Today, not everyone has the same access to the expert treatment, care and support they need throughout their transplant journey.
And as new treatments emerge, we want to make sure all patients who can benefit have access to these too. The COVID-19 pandemic has underlined existing health inequalities, including those faced by people from minority ethnic backgrounds, many of which can affect their experiences and outcomes.
That’s not ok.
That’s why we’re working hard to understand the scale, and the nature, of the problem. We’re also working across Anthony Nolan to:
- Diversify the register with more donors from minority ethnic backgrounds
- Promote the use of cord stem cells as an alternative treatment
- Work with international registers to broaden the pool of potential donors
- Support new treatment alternatives
To do all this, it’s vital for us to understand the barriers many patients face accessing the treatment and care they need.
That’s why we’re conducting research to help us further our understanding of equity of access. As the Secretariat for the All-Party Parliamentary Group (APPG) on Stem Cell Transplantation, we’ve launched an inquiry into the barriers different patients face because of their background. Among other factors, this includes their ethnicity, socio-economic status and where they live in the country.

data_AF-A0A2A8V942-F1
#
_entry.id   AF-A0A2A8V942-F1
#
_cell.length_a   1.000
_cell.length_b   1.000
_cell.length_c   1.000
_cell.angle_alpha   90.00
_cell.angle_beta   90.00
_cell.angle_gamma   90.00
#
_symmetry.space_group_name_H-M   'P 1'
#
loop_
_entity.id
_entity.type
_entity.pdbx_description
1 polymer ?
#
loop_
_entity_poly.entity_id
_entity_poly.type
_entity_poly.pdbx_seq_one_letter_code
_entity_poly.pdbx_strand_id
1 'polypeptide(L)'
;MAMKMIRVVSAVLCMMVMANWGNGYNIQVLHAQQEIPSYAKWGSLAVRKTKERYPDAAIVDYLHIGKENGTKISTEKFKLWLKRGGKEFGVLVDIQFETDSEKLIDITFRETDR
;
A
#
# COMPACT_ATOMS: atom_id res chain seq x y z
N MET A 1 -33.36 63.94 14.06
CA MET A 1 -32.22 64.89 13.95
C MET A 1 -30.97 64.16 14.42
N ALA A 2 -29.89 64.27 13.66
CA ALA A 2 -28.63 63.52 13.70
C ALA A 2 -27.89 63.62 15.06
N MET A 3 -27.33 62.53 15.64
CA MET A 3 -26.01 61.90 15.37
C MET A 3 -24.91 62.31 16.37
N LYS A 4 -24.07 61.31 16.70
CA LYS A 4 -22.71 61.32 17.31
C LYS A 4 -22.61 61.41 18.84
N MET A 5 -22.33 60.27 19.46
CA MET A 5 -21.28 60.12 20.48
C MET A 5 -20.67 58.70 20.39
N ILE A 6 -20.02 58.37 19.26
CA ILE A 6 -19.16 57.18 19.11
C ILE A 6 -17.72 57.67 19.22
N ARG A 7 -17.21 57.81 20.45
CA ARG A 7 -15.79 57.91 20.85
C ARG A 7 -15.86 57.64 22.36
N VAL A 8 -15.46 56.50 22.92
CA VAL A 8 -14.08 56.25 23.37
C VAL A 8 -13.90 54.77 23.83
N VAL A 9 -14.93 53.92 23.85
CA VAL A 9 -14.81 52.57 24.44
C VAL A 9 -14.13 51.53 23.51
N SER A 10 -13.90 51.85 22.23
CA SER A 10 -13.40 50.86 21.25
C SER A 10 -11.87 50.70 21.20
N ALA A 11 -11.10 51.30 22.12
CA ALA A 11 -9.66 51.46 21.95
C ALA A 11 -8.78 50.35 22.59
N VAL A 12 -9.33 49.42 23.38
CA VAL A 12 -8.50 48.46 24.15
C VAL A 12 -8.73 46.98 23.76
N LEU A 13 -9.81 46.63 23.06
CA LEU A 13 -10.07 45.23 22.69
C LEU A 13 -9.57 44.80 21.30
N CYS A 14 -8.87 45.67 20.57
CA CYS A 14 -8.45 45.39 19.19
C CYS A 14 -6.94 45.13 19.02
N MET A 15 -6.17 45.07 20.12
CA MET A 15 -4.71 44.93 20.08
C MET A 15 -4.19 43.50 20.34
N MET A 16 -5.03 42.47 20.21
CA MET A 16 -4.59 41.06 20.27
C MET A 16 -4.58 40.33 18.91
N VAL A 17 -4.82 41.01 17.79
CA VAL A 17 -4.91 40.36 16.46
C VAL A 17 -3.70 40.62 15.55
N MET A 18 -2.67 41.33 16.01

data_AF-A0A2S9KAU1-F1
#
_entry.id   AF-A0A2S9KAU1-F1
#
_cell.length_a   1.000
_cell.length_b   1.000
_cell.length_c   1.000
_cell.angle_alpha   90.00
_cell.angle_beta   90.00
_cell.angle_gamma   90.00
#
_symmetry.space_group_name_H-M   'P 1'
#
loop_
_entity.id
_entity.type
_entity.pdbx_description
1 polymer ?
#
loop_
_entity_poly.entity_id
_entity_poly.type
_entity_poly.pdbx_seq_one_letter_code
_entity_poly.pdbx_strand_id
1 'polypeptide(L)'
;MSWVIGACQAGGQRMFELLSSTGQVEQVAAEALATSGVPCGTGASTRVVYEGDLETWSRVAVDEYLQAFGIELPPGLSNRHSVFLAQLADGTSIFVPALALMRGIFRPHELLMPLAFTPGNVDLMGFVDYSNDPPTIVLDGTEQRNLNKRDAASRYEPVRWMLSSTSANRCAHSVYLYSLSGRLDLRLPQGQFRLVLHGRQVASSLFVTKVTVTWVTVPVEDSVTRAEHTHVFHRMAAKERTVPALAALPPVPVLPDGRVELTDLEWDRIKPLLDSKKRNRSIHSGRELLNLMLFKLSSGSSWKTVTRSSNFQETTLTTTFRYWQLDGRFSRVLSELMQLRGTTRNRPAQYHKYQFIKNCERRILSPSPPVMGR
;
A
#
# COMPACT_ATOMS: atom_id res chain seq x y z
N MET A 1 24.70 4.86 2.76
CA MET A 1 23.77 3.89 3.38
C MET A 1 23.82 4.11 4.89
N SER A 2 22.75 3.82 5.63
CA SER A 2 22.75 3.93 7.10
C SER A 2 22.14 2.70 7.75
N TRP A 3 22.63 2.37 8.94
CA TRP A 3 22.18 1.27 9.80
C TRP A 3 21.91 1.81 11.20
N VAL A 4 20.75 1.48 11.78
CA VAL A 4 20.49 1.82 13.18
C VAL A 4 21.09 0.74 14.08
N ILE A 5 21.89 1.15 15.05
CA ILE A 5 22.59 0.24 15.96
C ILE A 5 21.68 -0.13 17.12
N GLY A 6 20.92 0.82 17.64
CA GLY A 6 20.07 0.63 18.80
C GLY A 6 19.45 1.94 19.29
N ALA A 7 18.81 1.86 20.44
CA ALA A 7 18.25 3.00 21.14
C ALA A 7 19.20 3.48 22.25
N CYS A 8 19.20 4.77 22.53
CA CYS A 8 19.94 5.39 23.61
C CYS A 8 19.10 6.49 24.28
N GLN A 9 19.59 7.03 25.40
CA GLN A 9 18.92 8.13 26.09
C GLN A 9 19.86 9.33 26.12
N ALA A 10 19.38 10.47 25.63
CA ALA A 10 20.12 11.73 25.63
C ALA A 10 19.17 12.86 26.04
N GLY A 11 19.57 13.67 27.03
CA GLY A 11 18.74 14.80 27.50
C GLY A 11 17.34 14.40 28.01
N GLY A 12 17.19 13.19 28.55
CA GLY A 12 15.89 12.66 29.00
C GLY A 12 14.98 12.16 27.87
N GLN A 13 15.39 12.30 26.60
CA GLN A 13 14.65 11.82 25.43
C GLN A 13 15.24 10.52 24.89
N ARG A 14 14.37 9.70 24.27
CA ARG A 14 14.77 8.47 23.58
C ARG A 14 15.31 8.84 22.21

Our Policy and Public Affairs team works with the National Institute for Clinical Excellence (NICE), which is responsible for providing guidance on treatments and health technologies for the NHS.
We provide evidence of patient experiences and views to NICE and attend Committee hearings to explain the impact potential treatments could have for patients. Ensuring the patient voice is heard in discussions, we help influence which drugs and treatments are both effective – and cost-effective – for the NHS to use.
That way, patients can access the different methods of care they need.
What does it look like in practice?
In this blog, we explain the role we played in a Health Technology Appraisal for treosulfan, a drug used in the pre-transplant conditioning of patients.
Here, we share how we influenced the Health Technology Appraisal regarding letermovir, a drug used to prevent serious illness from the CMV virus in stem cell transplant patients.